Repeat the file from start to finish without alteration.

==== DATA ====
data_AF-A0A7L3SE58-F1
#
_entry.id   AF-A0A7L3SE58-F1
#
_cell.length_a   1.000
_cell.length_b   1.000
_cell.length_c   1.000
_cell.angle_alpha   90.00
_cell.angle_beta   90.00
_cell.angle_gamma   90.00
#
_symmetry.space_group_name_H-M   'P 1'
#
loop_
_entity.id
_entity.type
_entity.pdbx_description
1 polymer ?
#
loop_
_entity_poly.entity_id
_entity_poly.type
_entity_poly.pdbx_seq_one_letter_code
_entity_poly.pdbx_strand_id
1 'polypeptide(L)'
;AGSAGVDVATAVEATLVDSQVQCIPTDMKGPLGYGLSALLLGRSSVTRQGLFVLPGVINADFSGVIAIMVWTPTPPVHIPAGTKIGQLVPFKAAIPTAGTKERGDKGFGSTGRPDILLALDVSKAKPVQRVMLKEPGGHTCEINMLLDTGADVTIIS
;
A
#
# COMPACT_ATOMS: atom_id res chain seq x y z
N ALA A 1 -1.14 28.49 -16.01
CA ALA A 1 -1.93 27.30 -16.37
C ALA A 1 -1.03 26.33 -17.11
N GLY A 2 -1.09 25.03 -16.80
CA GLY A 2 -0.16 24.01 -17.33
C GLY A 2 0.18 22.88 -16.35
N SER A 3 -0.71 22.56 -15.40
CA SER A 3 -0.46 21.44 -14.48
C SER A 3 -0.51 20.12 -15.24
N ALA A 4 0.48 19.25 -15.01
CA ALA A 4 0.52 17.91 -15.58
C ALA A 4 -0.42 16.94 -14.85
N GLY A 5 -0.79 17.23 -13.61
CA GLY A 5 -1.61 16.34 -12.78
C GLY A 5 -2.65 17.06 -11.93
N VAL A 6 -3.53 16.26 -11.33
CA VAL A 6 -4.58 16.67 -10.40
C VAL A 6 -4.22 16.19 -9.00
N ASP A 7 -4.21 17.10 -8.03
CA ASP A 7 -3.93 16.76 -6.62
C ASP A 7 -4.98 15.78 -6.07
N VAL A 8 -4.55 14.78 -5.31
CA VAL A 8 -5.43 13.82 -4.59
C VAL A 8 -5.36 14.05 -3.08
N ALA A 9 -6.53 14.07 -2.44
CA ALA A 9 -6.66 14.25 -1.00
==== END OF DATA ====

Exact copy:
data_AF-A0A7L3SE58-F1
#
_entry.id   AF-A0A7L3SE58-F1
#
_cell.length_a   1.000
_cell.length_b   1.000
_cell.length_c   1.000
_cell.angle_alpha   90.00
_cell.angle_beta   90.00
_cell.angle_gamma   90.00
#
_symmetry.space_group_name_H-M   'P 1'
#
loop_
_entity.id
_entity.type
_entity.pdbx_description
1 polymer ?
#
loop_
_entity_poly.entity_id
_entity_poly.type
_entity_poly.pdbx_seq_one_letter_code
_entity_poly.pdbx_strand_id
1 'polypeptide(L)'
;AGSAGVDVATAVEATLVDSQVQCIPTDMKGPLGYGLSALLLGRSSVTRQGLFVLPGVINADFSGVIAIMVWTPTPPVHIPAGTKIGQLVPFKAAIPTAGTKERGDKGFGSTGRPDILLALDVSKAKPVQRVMLKEPGGHTCEINMLLDTGADVTIIS
;
A
#
# COMPACT_ATOMS: atom_id res chain seq x y z
N ALA A 1 -1.14 28.49 -16.01
CA ALA A 1 -1.93 27.30 -16.37
C ALA A 1 -1.03 26.33 -17.11
N GLY A 2 -1.09 25.03 -16.80
CA GLY A 2 -0.16 24.01 -17.33
C GLY A 2 0.18 22.88 -16.35
N SER A 3 -0.71 22.56 -15.40
CA SER A 3 -0.46 21.44 -14.48
C SER A 3 -0.51 20.12 -15.24
N ALA A 4 0.48 19.25 -15.01
CA ALA A 4 0.52 17.91 -15.58
C ALA A 4 -0.42 16.94 -14.85
N GLY A 5 -0.79 17.23 -13.61
CA GLY A 5 -1.61 16.34 -12.78
C GLY A 5 -2.65 17.06 -11.93
N VAL A 6 -3.53 16.26 -11.33
CA VAL A 6 -4.58 16.67 -10.40
C VAL A 6 -4.22 16.19 -9.00
N ASP A 7 -4.21 17.10 -8.03
CA ASP A 7 -3.93 16.76 -6.62
C ASP A 7 -4.98 15.78 -6.07
N VAL A 8 -4.55 14.78 -5.31
CA VAL A 8 -5.43 13.82 -4.59
C VAL A 8 -5.36 14.05 -3.08
N ALA A 9 -6.53 14.07 -2.44
CA ALA A 9 -6.66 14.25 -1.00